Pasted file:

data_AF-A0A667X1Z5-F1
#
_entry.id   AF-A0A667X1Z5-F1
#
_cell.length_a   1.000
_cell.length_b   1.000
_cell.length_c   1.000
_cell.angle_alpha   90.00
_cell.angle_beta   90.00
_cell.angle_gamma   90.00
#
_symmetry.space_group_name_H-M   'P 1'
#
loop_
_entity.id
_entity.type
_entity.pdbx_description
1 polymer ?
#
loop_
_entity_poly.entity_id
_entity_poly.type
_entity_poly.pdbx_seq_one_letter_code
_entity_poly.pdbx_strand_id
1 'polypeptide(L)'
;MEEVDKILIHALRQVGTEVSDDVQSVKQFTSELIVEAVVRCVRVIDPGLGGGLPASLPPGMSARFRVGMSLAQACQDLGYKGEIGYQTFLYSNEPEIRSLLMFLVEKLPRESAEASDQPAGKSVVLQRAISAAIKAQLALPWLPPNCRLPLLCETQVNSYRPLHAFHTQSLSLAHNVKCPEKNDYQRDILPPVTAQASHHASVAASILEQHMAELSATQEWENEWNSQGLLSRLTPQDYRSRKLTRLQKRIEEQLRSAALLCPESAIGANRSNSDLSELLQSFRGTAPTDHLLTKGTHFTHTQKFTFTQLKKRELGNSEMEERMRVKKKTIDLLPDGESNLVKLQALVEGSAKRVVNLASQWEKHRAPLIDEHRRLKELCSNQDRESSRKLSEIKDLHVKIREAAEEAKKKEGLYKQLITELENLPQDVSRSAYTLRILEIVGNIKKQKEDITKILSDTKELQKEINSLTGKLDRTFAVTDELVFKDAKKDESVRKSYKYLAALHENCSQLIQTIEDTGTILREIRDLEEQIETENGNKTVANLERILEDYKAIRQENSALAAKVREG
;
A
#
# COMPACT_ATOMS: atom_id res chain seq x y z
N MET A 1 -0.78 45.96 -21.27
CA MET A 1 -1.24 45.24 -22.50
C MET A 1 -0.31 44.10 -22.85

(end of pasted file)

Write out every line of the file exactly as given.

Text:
data_AF-A0A667X1Z5-F1
#
_entry.id   AF-A0A667X1Z5-F1
#
_cell.length_a   1.000
_cell.length_b   1.000
_cell.length_c   1.000
_cell.angle_alpha   90.00
_cell.angle_beta   90.00
_cell.angle_gamma   90.00
#
_symmetry.space_group_name_H-M   'P 1'
#
loop_
_entity.id
_entity.type
_entity.pdbx_description
1 polymer ?
#
loop_
_entity_poly.entity_id
_entity_poly.type
_entity_poly.pdbx_seq_one_letter_code
_entity_poly.pdbx_strand_id
1 'polypeptide(L)'
;MEEVDKILIHALRQVGTEVSDDVQSVKQFTSELIVEAVVRCVRVIDPGLGGGLPASLPPGMSARFRVGMSLAQACQDLGYKGEIGYQTFLYSNEPEIRSLLMFLVEKLPRESAEASDQPAGKSVVLQRAISAAIKAQLALPWLPPNCRLPLLCETQVNSYRPLHAFHTQSLSLAHNVKCPEKNDYQRDILPPVTAQASHHASVAASILEQHMAELSATQEWENEWNSQGLLSRLTPQDYRSRKLTRLQKRIEEQLRSAALLCPESAIGANRSNSDLSELLQSFRGTAPTDHLLTKGTHFTHTQKFTFTQLKKRELGNSEMEERMRVKKKTIDLLPDGESNLVKLQALVEGSAKRVVNLASQWEKHRAPLIDEHRRLKELCSNQDRESSRKLSEIKDLHVKIREAAEEAKKKEGLYKQLITELENLPQDVSRSAYTLRILEIVGNIKKQKEDITKILSDTKELQKEINSLTGKLDRTFAVTDELVFKDAKKDESVRKSYKYLAALHENCSQLIQTIEDTGTILREIRDLEEQIETENGNKTVANLERILEDYKAIRQENSALAAKVREG
;
A
#
# COMPACT_ATOMS: atom_id res chain seq x y z
N MET A 1 -0.78 45.96 -21.27
CA MET A 1 -1.24 45.24 -22.50
C MET A 1 -0.31 44.10 -22.85